Focus on commercial outcomes
First and foremost…what are you trying to achieve? Marketers have huge amounts of data, but if we focus on all the data and not the outcome, we can get lost. We’re crazy if we’re not leveraging the data, but we must do this strategically – vanity metrics don’t matter, click through rates (CTR), and SOV are nice to have but won’t game change an organization. By understanding the desired outcome and the real questions that need answering, and sourcing the right data we can and should drive insights and business growth for our brands that focus on leading indicators not lagging indicators. Growth needs to focus on increased geographies? We can use our data and insights to identify those opportunities. Our business needs to overcome supply chain challenges? We can leverage our data to offer useful input.
We can also be creative by shining a light on new ways to look at things or different angles from which to approach the data. We can identify new markets and opportunities, understand delivery channels, and do all of this from a sales perspective but also operations, product development and finances.
Speak the language
As marketers, our job is to create powerful connections with our customers in a way that drives sales and growth. To do this, we must be part of the strategic conversation. Marketers have insights, experience and skills which are unique in building these connections to add value.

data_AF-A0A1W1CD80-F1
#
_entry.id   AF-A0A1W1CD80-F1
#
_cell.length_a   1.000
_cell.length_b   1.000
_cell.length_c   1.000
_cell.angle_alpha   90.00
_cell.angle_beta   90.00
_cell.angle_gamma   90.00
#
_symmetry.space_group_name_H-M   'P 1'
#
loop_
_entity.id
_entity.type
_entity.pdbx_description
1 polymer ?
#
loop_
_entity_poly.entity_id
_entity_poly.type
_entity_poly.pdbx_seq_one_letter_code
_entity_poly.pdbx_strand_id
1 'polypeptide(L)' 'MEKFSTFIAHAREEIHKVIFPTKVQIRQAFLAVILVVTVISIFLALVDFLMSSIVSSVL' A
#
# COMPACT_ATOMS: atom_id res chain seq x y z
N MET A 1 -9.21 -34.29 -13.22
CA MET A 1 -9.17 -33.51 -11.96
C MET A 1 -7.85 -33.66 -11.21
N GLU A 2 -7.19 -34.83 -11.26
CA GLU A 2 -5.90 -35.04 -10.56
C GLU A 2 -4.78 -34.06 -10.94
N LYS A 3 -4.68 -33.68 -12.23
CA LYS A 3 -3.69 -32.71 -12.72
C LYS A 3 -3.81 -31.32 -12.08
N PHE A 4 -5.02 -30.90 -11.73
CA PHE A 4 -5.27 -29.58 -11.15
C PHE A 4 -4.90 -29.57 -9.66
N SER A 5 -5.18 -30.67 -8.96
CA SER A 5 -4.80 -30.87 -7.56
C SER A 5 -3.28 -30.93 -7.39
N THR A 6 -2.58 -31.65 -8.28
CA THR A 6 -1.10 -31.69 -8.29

However, to showcase this, build and, ultimately, be more effective, marketers absolutely must speak the language of our peers. Marketing metrics and tools are useful in your day-to-day life, but they’re signals, not business drivers. Translate these signals for your peers and use their language to explain the impact. You don’t want to hear about accounts payable, depreciation, agile methodology, or enterprise resource planning. Likewise, your finance, operations and other senior executive peers aren’t interested in lead scoring, TOFU (top of funnel) or CTR. Revenue growth, retail sales, customer acquisition costs, margins… these are the things we all need to understand and work towards improving. So, make sure you’re clear on how marketing, branding, connections with customers and all the work you do has a direct and measurable impact on this.
Let’s unite and rebrand marketing
We all want our businesses to succeed. Marketers can add to this, but only if we insert ourselves into the business. As leaders, we need to be commercially-minded, we need to have a holistic view of the business and we must deliver on the metrics that matter. The tide is turning – CEOs are starting to talk about this and are expected to have a much better understanding of brand and marketing so maybe we’re pushing on an open door. But to get it done, we need to keep working. Focus on the outcomes and lose the marketing jargon. Join the conversation and use the language of your peers and I promise you, you’re 90% of the way there. And if you aren’t, call me – I’ll help you figure out what else you can do.